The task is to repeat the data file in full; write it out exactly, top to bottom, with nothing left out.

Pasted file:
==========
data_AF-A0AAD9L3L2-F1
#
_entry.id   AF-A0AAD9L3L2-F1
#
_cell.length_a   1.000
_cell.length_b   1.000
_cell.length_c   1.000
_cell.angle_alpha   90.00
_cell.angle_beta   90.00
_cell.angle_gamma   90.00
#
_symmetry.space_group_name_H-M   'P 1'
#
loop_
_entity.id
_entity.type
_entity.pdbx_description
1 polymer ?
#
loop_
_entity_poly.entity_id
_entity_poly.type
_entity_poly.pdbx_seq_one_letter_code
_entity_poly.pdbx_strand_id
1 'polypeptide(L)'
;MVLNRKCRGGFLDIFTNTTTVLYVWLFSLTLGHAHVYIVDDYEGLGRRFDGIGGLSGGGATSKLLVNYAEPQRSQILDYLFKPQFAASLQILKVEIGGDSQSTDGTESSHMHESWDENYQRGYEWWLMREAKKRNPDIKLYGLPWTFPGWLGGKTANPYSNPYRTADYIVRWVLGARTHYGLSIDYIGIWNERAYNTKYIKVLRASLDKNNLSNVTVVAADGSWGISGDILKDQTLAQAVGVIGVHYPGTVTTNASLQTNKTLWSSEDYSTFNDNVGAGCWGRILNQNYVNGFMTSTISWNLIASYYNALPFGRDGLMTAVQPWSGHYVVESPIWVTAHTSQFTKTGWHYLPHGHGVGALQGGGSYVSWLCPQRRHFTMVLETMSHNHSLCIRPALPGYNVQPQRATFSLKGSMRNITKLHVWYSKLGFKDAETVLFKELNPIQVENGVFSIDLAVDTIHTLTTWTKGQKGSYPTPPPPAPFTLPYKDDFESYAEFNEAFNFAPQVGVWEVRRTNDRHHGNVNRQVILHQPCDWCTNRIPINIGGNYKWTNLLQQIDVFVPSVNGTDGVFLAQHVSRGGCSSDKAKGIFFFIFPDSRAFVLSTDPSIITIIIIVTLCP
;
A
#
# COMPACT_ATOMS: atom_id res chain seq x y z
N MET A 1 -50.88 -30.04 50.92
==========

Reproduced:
data_AF-A0AAD9L3L2-F1
#
_entry.id   AF-A0AAD9L3L2-F1
#
_cell.length_a   1.000
_cell.length_b   1.000
_cell.length_c   1.000
_cell.angle_alpha   90.00
_cell.angle_beta   90.00
_cell.angle_gamma   90.00
#
_symmetry.space_group_name_H-M   'P 1'
#
loop_
_entity.id
_entity.type
_entity.pdbx_description
1 polymer ?
#
loop_
_entity_poly.entity_id
_entity_poly.type
_entity_poly.pdbx_seq_one_letter_code
_entity_poly.pdbx_strand_id
1 'polypeptide(L)'
;MVLNRKCRGGFLDIFTNTTTVLYVWLFSLTLGHAHVYIVDDYEGLGRRFDGIGGLSGGGATSKLLVNYAEPQRSQILDYLFKPQFAASLQILKVEIGGDSQSTDGTESSHMHESWDENYQRGYEWWLMREAKKRNPDIKLYGLPWTFPGWLGGKTANPYSNPYRTADYIVRWVLGARTHYGLSIDYIGIWNERAYNTKYIKVLRASLDKNNLSNVTVVAADGSWGISGDILKDQTLAQAVGVIGVHYPGTVTTNASLQTNKTLWSSEDYSTFNDNVGAGCWGRILNQNYVNGFMTSTISWNLIASYYNALPFGRDGLMTAVQPWSGHYVVESPIWVTAHTSQFTKTGWHYLPHGHGVGALQGGGSYVSWLCPQRRHFTMVLETMSHNHSLCIRPALPGYNVQPQRATFSLKGSMRNITKLHVWYSKLGFKDAETVLFKELNPIQVENGVFSIDLAVDTIHTLTTWTKGQKGSYPTPPPPAPFTLPYKDDFESYAEFNEAFNFAPQVGVWEVRRTNDRHHGNVNRQVILHQPCDWCTNRIPINIGGNYKWTNLLQQIDVFVPSVNGTDGVFLAQHVSRGGCSSDKAKGIFFFIFPDSRAFVLSTDPSIITIIIIVTLCP
;
A
#
# COMPACT_ATOMS: atom_id res chain seq x y z
N MET A 1 -50.88 -30.04 50.92